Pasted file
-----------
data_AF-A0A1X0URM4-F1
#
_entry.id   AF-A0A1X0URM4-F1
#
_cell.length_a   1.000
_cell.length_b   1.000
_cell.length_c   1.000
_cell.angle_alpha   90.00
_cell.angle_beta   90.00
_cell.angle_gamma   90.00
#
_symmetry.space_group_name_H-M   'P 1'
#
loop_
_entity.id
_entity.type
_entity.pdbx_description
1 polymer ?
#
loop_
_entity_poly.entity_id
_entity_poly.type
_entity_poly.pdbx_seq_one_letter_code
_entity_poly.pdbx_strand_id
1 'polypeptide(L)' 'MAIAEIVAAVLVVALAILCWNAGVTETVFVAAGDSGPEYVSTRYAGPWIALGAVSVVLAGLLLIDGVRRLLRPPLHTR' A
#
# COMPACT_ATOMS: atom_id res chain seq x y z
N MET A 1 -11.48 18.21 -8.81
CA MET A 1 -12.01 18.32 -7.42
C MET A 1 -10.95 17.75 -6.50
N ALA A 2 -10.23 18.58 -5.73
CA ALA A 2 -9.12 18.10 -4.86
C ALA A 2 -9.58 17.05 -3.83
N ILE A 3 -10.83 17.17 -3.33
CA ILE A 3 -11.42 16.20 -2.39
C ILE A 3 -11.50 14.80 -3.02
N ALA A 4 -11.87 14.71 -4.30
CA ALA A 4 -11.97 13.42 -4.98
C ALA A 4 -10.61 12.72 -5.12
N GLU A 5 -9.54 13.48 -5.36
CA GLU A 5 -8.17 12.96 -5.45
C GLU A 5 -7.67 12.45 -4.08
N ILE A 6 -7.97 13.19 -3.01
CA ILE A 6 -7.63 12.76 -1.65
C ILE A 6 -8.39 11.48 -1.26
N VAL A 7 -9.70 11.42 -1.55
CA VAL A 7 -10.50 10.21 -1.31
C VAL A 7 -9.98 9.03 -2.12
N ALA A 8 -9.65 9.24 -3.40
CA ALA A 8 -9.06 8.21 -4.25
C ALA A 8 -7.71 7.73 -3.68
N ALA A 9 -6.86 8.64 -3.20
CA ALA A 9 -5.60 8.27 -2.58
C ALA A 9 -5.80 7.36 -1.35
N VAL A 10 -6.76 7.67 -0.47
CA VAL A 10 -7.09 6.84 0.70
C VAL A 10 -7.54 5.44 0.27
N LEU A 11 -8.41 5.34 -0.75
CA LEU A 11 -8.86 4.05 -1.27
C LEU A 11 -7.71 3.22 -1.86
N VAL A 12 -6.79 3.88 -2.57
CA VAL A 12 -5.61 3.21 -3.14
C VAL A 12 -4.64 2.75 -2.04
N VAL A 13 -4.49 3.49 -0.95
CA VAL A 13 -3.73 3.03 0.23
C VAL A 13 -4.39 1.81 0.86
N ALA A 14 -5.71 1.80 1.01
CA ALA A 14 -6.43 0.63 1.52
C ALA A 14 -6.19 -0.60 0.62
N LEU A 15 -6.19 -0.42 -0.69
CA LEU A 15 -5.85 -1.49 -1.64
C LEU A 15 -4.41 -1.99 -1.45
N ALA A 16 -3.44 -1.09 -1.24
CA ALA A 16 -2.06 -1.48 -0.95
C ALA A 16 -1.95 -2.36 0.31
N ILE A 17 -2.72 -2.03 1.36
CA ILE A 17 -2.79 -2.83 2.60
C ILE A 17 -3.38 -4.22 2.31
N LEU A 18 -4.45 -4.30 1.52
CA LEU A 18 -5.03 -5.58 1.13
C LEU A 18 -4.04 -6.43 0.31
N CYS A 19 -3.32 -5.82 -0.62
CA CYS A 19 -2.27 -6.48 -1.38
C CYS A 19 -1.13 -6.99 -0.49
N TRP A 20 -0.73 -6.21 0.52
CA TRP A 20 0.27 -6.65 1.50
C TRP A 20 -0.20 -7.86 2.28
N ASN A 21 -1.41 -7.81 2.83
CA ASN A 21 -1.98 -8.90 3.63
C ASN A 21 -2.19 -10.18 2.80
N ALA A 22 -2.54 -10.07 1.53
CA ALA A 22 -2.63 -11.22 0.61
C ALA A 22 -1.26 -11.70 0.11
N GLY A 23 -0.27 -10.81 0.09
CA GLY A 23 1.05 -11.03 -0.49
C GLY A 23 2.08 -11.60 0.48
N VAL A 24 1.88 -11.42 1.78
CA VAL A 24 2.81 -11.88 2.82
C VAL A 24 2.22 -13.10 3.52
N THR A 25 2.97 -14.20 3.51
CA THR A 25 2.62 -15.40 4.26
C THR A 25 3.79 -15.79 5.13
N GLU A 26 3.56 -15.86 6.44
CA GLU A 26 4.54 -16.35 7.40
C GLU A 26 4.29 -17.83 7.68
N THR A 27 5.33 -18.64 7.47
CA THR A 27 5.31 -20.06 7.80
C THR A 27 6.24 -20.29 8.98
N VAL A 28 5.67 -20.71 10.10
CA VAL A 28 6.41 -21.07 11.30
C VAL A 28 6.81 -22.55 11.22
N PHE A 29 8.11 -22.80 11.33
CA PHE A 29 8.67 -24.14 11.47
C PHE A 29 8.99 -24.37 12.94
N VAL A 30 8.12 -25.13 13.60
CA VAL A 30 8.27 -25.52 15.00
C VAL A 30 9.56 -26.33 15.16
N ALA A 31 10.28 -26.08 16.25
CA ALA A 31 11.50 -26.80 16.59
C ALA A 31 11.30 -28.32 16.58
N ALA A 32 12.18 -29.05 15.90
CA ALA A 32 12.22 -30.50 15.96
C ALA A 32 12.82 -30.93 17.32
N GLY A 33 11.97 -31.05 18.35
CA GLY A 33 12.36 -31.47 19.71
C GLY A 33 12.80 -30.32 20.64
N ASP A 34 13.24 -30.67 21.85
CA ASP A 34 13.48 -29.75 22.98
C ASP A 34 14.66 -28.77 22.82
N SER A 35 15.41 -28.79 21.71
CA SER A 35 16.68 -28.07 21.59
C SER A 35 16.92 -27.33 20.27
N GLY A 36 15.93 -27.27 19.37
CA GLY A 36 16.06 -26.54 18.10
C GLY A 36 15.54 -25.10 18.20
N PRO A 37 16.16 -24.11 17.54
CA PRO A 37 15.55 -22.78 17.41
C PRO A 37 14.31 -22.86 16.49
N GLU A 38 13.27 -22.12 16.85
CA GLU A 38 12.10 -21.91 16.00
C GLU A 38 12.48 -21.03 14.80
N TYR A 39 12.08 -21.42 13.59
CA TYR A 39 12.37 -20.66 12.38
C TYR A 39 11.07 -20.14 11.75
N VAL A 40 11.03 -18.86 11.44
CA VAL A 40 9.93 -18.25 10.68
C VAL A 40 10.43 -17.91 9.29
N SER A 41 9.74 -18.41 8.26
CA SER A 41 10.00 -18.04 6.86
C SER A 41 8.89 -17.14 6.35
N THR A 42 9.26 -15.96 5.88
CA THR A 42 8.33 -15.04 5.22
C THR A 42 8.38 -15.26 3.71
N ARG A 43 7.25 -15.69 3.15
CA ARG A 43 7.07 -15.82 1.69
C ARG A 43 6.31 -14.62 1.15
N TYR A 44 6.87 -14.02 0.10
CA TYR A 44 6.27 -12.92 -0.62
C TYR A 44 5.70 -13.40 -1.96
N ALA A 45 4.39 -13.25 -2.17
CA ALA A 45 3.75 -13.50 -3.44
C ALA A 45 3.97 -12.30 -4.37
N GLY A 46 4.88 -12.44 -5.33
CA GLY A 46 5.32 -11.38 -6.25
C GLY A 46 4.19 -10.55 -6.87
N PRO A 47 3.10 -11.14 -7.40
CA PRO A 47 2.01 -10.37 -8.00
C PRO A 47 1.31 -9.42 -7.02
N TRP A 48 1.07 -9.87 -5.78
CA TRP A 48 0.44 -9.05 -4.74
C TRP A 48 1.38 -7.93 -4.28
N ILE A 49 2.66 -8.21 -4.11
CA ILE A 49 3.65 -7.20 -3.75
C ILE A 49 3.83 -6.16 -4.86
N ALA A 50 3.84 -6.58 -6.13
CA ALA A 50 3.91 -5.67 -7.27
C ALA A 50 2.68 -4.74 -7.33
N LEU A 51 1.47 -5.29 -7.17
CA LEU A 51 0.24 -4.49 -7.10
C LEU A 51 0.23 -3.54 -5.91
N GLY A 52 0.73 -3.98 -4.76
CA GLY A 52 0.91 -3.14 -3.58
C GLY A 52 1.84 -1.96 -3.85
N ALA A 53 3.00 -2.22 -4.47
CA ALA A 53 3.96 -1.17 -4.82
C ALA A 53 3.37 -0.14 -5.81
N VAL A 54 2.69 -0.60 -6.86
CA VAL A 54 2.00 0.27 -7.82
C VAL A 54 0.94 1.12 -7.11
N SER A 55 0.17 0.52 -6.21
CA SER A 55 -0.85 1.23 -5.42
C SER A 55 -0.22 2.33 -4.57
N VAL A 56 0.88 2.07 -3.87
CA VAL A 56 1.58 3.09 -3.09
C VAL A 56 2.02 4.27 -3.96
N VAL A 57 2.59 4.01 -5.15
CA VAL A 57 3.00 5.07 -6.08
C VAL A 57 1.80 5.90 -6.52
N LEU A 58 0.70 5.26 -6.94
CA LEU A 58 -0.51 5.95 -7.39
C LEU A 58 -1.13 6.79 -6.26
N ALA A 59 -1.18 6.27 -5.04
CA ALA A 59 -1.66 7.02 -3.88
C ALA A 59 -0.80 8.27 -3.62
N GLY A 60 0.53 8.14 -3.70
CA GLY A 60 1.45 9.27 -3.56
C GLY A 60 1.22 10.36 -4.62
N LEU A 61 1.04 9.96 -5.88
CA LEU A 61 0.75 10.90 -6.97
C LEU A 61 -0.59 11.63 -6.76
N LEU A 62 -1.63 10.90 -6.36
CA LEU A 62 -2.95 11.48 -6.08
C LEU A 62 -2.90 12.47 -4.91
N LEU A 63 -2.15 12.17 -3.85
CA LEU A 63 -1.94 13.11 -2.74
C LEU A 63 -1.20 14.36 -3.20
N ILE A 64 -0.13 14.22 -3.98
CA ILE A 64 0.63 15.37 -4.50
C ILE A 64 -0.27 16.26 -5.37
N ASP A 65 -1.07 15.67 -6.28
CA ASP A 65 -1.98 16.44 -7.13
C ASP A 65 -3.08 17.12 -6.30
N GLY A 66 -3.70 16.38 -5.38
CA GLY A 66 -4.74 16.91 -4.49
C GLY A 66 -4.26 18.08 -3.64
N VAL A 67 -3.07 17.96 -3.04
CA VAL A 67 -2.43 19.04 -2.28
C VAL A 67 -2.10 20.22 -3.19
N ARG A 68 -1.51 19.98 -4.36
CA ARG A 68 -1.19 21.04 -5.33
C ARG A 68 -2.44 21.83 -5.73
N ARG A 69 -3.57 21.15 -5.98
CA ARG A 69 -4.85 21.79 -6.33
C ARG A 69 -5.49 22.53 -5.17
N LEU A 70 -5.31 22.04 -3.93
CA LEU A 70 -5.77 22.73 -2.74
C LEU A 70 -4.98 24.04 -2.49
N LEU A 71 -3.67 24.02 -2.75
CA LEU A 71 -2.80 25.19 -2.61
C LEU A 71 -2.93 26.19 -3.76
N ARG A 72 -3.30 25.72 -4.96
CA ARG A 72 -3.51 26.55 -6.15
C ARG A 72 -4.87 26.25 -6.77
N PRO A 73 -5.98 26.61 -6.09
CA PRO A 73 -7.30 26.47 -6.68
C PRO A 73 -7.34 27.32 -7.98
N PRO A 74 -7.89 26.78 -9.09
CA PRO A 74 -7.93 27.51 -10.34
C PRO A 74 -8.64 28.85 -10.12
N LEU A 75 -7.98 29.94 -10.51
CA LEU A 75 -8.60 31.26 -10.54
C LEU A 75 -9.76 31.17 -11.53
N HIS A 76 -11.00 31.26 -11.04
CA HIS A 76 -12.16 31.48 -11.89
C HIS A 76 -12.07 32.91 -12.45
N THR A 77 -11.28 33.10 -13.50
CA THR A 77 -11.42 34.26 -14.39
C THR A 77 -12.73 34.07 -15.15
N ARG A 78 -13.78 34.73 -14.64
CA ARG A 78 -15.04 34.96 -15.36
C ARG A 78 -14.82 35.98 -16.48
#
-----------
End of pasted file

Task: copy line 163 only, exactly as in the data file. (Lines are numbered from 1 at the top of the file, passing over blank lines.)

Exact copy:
N GLY A 46 4.88 -12.44 -5.33